by Coulson Kernahan
IT was an impudent thing to do!
No matter how scorching the July sun, no matter how alluring the thought of paddling out to ascertain whether the richly wooded lakeside looked equally lovely from the water; no matter how cunningly old Satan had spread his snare of mischief “for idle hands to do,” by guiding me to the very spot where the little boat lay moored at the water’s edge; no matter with what sophistry these, and many other excuses which I pleaded to a pricking conscience, seemed to mitigate the offence, the fact remains that I acted in a way which was as impudent as it was unpardonable.
The owner of the property generously allowed the public to use a particular footpath through the park. Hence my offence in straying from the permitted footpath and in exploring unpermitted copses and woodlands, until I came to this beautiful sheet of water, was for that very reason all the more graceless and heinous.
But in July, when the holiday spirit is in one’s blood, and when all the world is holiday-making with us, the conventionalities exist only to be set aside. Chaste matrons who, in chill December, would consider that to exhibit more than two inches of stocking above the ankle would be to pass the highwater mark of propriety, and even, to save a new skirt from being muddied, would hesitate to hitch that garment higher by another inch, will, in demoralising July, discard these same stockings altogether, and disport and display themselves, kneebare, with never a blush, upon the beach at Margate or at Brighton.
And I who, when in my proper mind and in dress-coated, white-chokered garb, would not so much as pass a lady in the stalls of a theatre without first apologising for troubling her and asking for her permission, acted on this occasion, and under the demoralising spell of holiday-making and midsummer madness, as any other bounder would act on a Bank Holiday. No hand had pulled aside the drawn lodge-blind to gaze at the intruder as I entered the park gates; no surly keeper had pointed me to a notice board, warning all and sundry that the public must keep to the footpath, as I strolled along; no tradesman’s cart had rattled briskly up the drive to receive or to deliver orders; and when between an avenue of trees I caught a glimpse of the house, it looked so shuttered and sleepy, that I was persuaded “the family”—whoever the family might be—was away, and that none would come to warn me of my trespass. Then the path I had taken, between the trees, had led me down to the water’s edge and to the very spot where the boat lay moored.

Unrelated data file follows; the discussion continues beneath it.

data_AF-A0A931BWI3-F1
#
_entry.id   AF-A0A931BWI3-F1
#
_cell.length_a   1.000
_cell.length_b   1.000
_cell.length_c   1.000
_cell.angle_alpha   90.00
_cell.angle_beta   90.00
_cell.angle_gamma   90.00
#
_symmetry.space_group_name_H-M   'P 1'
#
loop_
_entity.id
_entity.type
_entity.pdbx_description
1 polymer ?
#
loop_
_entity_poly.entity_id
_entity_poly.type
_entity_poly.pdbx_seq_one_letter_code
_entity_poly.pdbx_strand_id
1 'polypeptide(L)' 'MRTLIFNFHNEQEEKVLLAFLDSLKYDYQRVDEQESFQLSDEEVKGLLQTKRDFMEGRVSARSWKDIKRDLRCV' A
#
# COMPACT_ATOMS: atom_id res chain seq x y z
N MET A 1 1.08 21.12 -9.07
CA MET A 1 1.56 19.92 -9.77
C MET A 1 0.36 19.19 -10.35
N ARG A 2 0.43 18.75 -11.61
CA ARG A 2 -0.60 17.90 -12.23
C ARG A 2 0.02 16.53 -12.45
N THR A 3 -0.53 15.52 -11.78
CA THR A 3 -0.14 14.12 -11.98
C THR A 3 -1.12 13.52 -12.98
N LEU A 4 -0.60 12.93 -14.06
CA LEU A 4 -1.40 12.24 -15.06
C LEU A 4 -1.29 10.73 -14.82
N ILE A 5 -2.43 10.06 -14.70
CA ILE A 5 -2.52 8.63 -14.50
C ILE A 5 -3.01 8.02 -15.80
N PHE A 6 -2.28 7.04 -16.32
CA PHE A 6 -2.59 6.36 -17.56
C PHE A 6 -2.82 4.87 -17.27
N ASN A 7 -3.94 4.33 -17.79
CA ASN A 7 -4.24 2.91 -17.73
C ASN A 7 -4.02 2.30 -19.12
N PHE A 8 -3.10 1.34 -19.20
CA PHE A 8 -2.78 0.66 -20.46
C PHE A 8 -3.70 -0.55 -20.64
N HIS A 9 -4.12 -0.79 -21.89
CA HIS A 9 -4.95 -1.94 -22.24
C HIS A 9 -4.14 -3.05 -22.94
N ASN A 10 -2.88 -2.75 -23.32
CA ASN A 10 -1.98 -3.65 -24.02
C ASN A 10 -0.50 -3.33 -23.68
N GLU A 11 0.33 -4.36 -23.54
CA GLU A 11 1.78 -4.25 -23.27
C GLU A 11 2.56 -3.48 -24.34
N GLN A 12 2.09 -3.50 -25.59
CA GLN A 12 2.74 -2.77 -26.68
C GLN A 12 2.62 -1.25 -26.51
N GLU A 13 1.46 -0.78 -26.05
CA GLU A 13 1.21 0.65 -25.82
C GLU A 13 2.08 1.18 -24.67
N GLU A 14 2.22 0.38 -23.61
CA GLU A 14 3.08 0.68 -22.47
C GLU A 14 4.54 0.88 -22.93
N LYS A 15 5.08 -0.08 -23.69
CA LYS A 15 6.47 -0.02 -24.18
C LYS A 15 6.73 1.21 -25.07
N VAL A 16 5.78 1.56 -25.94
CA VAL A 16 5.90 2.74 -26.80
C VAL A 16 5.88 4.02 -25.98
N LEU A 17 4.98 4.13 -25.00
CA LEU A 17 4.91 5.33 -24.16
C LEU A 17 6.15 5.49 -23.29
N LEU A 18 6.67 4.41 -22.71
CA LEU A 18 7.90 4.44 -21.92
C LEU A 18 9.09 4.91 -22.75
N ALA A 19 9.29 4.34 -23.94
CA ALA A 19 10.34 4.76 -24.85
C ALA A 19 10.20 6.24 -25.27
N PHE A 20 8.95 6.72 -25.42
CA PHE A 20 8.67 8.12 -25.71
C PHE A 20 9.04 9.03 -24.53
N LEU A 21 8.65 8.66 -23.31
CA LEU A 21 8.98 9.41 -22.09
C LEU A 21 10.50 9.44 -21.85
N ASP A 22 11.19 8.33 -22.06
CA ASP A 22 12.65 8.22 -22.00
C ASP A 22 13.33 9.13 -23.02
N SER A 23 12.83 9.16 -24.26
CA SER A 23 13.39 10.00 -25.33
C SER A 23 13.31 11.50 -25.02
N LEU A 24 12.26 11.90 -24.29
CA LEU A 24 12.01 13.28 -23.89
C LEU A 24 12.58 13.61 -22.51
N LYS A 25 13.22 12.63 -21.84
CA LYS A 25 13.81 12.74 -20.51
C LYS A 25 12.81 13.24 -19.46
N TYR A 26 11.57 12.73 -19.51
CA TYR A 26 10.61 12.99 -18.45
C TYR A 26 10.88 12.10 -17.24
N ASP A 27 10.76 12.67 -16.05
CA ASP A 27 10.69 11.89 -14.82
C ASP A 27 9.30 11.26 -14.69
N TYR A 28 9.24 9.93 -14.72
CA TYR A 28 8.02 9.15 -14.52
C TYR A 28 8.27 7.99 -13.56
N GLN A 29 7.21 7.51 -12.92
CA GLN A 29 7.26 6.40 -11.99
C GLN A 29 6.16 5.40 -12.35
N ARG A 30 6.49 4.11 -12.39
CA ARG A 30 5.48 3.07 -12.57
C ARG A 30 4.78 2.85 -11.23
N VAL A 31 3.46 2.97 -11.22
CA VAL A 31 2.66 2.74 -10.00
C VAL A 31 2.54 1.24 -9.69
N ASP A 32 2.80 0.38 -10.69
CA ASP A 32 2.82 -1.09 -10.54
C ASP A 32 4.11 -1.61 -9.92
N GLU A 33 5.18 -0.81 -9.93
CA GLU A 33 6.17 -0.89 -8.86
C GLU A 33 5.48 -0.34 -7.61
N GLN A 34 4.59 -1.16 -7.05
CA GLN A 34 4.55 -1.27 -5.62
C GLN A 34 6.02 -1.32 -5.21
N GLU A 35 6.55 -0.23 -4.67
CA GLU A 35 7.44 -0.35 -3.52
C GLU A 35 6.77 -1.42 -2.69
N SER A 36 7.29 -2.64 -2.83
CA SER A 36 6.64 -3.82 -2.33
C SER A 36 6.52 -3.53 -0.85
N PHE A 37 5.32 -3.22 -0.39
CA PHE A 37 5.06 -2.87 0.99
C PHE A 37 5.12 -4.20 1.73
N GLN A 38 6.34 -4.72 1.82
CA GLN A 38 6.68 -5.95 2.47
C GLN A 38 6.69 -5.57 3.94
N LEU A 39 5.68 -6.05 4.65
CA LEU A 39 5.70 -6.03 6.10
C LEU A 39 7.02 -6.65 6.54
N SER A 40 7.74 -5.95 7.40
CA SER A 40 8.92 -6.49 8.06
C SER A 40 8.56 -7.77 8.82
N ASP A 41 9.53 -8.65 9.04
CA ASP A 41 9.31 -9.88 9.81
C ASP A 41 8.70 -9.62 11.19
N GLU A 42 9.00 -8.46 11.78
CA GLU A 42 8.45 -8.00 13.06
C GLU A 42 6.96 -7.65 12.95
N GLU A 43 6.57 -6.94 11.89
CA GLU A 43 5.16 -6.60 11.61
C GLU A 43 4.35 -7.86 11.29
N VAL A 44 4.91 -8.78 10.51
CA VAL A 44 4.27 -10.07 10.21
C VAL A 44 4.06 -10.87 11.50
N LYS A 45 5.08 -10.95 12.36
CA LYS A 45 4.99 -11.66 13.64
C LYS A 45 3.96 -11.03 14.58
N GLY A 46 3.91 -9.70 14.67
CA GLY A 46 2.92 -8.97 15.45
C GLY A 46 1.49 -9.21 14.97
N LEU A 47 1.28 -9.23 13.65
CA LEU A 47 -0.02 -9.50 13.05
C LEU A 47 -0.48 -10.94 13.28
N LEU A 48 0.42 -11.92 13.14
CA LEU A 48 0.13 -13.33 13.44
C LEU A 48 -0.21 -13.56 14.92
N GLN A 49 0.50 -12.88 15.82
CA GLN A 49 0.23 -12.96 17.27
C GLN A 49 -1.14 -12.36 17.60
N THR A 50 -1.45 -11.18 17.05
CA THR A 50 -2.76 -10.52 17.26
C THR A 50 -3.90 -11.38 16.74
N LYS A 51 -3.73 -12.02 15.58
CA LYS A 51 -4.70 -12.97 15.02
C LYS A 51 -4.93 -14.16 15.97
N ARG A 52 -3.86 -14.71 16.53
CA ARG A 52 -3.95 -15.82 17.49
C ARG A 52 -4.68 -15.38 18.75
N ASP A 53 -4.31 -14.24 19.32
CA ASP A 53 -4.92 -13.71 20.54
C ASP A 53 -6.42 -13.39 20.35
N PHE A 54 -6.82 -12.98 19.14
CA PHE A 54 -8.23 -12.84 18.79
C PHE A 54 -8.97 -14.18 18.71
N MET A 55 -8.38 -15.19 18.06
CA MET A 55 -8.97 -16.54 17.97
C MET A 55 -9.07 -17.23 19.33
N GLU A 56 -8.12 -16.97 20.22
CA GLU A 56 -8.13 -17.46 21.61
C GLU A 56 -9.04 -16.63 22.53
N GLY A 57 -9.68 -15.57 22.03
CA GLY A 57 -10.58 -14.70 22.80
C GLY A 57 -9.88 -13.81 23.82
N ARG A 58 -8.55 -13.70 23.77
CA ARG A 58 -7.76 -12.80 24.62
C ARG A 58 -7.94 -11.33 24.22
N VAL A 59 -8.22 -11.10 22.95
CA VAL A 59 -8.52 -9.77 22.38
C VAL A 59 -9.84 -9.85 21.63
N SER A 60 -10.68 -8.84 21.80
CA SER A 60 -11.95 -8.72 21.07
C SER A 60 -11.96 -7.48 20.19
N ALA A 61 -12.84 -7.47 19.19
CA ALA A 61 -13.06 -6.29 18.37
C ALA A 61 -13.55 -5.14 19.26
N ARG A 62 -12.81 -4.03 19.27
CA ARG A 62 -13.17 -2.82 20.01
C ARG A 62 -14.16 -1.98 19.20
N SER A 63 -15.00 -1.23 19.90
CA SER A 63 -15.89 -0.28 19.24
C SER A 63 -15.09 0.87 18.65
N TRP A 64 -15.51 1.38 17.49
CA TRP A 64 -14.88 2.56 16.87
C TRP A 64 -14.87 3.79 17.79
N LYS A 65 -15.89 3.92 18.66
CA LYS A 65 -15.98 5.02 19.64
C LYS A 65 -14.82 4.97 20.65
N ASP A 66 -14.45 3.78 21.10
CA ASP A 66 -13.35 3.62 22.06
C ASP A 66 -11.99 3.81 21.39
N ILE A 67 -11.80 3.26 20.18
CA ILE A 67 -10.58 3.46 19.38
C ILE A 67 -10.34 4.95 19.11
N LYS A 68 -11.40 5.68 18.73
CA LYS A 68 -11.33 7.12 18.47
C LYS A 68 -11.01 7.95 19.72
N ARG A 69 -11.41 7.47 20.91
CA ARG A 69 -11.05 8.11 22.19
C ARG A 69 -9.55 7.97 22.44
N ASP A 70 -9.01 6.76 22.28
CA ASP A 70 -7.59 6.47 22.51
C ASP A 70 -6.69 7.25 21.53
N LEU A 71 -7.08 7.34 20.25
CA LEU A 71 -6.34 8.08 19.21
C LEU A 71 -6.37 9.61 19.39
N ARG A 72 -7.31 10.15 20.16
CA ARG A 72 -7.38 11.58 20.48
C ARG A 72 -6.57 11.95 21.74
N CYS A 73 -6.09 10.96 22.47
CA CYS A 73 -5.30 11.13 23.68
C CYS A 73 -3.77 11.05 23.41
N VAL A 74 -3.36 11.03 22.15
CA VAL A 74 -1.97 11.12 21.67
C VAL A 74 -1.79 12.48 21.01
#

Thrusting conscience and the conventionalities aside, I seated myself and sculled lightly out to the middle of the lake. For a good half-hour I pulled hither and thither as my fancy prompted, and as the various views to be obtained from the water seemed most alluringly to open; and then, shipping the sculls, I lay down full length in the bottom of the boat, my arm under my head as a pillow, and my face turned skyward to the sun.
I suppose I must have dropped off into a doze, from which I was aroused by a slight rippling of the water. Being only half awake I did not trouble myself greatly about the matter. “A swan passing,” I murmured sleepily; “or possibly a water-rat or moorhen. Let ’em pass. They’re quite welcome, and I’m too comfortable to stir.”
But stirred I soon was, and to some purpose. Had my boat been lying at the wooded lakeside, instead of in the centre of this beautiful sheet of water, I should have thought at first that a wind-blown branch of July’s own roses had dipped down to rest her unopened blossoms upon the frail craft’s side. For suddenly, upon the gunwale of the boat—just as if a handful of blush rosebuds had shyly peeped over—there appeared four of the tiniest, daintiest, most exquisitely tapered fingertips that ever were seen upon mortal hand. Pink, petite, faultlessly formed and finely proportioned, with pearly, oval nails, as symmetrically cut, as perfectly set and polished as rare opals, the fingertips upon which I looked were so lovely that a king might have craved, as a royal boon, permission to stoop his lips to kiss them. In all the wide world I was ready to swear there was only one other set of fingertips as beautiful, and the very next instant that other set, like love-bird hastening to perch beside its mate, was laid upon the edge of the boat, which now began to rock sideways, as if someone in the water were working up impetus for a spring.
“Lazy bones! lazy bones! Wake up! wake up!” cried a merry voice; and then—Venus rising from the foam was not half so beautiful—there bobbed up, framed in clinging golden hair, at the side of the boat, the fairest young face, the most lovely head and neck and shoulders I have ever seen.